Fashion Open Studio: designers in residence
Location: Showroom Arnhem
For Ways Of Caring, Fashion Open Studio presents the work of four designers in residence, who will create individual site specific projects to celebrate and integrate within the Arnhem community.
Each designer will share their creativity, bring a piece of their own studio, and elements from their experiences as fashion practitioners: Duran Lantink from the Netherlands, Tom Van der Borght from Belgium, Toton Januar from Indonesia, and Sindiso Khumalo from South Africa, will demonstrate how design and creativity can be a source of joy and beauty and offer social and environmental solutions at the same time.
We encourage individual and collective acts of repairs and reparations, from mending our clothes to fixing our dysfunctional systems. This may sound difficult, but we know it is doable. By creating a space for exchange between international and local solutions to universal problems, we hope to share new skills, new techniques and new values.
Duran Lantink is a Dutch designer based in Amsterdam. Having studied at the Gerrit Rietveld Academie and graduating from the Sandberg Instituut in 2017, Lantink’s playful, inclusive vision for the future of sustainable fashion has already seen him shortlisted for the 2019 LVMH Prize. With his innovative approach to upcycling, Lantink’s zero-waste philosophy uses pre-loved garments and deadstock fabrics to create fashion as agenda-setting as it is ethical.
After receiving international attention for the iconic “vagina” trousers he created for Janelle Monáe’s “PYNK” music video in 2018, Lantink has gone on to design pieces for Billie Eilish and Solange. His collaborations with fashion retailers and media is as collaborative as it is critical, encouraging retailers and brands, whose deadstock he reworks, to consider the waste they generate in the name of luxury. Often taking a satirical position on the industry he works in, Duran gets into the belly of the beast to infiltrate these systems and propose viable ways that brands and retailers can tackle overproduction. His collaborations with marginalised communities - from transgender sex workers in Cape Town to homeless people in Amsterdam - put this creativity into powerful narratives of self-expression and the power of fantasy that fashion can hold.
Workshop 'The Age of Consent'
Duran Lantink proposes The Age of Consent, a workshop bringing together many generations - from the young to the ‘Original Gangsters.’ The intervention takes place in a care home for old people, inviting students to work with the local residents to reconstruct second-hand garments together. Domestic sewing machines and other hand sewing and making equipment will be provided and anybody who wants to show off the results can have their photograph taken at a pop-up photography studio. This is a unique opportunity to enjoy making outfits together and sharing knowledge which can be often lost in generational divides. The day will culminate in a salsa dancing daytime party where the participants will be invited to dress up and dance, eat, drink and celebrate creativity - and life - together.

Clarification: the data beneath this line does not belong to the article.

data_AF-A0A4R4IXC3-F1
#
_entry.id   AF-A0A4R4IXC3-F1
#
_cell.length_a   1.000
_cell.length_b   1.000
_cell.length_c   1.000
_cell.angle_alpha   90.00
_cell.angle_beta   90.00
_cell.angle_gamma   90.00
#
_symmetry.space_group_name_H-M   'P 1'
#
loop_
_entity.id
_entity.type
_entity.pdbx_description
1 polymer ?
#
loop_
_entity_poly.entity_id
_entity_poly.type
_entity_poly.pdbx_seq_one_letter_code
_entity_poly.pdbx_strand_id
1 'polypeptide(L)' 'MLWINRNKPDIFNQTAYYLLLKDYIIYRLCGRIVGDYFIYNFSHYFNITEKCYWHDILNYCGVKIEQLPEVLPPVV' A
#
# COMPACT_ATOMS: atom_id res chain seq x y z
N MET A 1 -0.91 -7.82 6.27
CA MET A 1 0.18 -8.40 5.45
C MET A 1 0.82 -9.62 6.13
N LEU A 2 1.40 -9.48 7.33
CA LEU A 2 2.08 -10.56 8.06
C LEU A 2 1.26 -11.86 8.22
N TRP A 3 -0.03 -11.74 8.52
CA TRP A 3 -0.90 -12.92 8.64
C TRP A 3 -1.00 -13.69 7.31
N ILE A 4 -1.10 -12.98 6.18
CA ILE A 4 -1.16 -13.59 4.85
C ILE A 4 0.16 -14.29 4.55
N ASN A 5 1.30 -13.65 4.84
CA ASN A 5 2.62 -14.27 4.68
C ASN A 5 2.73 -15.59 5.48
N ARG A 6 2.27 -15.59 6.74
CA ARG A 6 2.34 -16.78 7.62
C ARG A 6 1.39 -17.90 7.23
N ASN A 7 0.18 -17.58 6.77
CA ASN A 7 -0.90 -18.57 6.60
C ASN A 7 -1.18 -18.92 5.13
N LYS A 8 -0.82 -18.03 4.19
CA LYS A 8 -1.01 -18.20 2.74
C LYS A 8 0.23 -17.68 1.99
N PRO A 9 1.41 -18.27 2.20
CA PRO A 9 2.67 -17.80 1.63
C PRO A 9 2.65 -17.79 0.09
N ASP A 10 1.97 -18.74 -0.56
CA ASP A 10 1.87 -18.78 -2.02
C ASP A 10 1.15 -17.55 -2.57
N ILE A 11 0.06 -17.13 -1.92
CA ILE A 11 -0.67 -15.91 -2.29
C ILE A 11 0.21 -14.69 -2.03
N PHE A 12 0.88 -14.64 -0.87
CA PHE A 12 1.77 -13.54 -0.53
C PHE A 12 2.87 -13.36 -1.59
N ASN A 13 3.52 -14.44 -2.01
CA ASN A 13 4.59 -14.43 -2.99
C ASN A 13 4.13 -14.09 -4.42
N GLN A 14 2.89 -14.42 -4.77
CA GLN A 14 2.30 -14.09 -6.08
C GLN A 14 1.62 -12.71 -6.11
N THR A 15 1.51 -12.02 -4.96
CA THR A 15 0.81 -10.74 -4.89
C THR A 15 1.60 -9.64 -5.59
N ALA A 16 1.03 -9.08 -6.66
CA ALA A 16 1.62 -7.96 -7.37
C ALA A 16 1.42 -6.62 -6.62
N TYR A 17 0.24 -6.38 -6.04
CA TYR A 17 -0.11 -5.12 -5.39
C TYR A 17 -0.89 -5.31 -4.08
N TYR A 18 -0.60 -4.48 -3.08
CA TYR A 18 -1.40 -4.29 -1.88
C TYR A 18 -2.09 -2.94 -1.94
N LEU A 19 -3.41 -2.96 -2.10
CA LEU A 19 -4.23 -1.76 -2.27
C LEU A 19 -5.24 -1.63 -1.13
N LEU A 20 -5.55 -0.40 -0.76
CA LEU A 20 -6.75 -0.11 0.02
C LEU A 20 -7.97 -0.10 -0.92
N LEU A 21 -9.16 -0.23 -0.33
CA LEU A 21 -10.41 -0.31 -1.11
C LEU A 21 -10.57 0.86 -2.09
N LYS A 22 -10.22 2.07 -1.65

Sindiso Khumalo is a sustainable fashion textile designer based in Cape Town, South Africa. Central St Martins graduate founded her label in 2014 with a passion to create a sustainable brand which has a strong focus on African storytelling. Her designs tell a story about Africa and women empowerment. She is a joint prize winner of the LVMH Prize 2020, and also was awarded the Green Carpet Award Emerging Designer award in 2020. She works closely with NGOs and small workshops to produce unique handwoven and hand-embroidered textiles, all handcrafted in Burkina Faso and South Africa. In addition to speaking about sustainability at the United Nations and the European Development Forum, her work has been exhibited in London, Denmark, Washington DC, Milan and Cape Town.
Within the current global climate, and with the war in Ukraine happening, I have been thinking about war and refugees and what it would mean to move to another country with just the clothes on your back. What it means and how can clothing respond to the needs of a refugee when their lives and livelihoods are under attack. With my previous education in architecture, one of my biggest interests has been how design can help serve a need in a community and be a form of social activism. Work that is both functional, political and emotive. And so with the residency I plan to design a series of vests that would be able to help refugees move between different countries without the work of the loss of their personal belongings, and for those carrying children to have some way of managing their children in transit. I hope to make the piece both functional and political, so that it brings awareness to the refugees and their plight. But in saying that, to make the piece beautiful, that it brings a very tiny slither of beauty in a time of war and pain.
Designers in Residence: Sindiso Khumalo, 10 - 12 June 10:00-17:00, free admission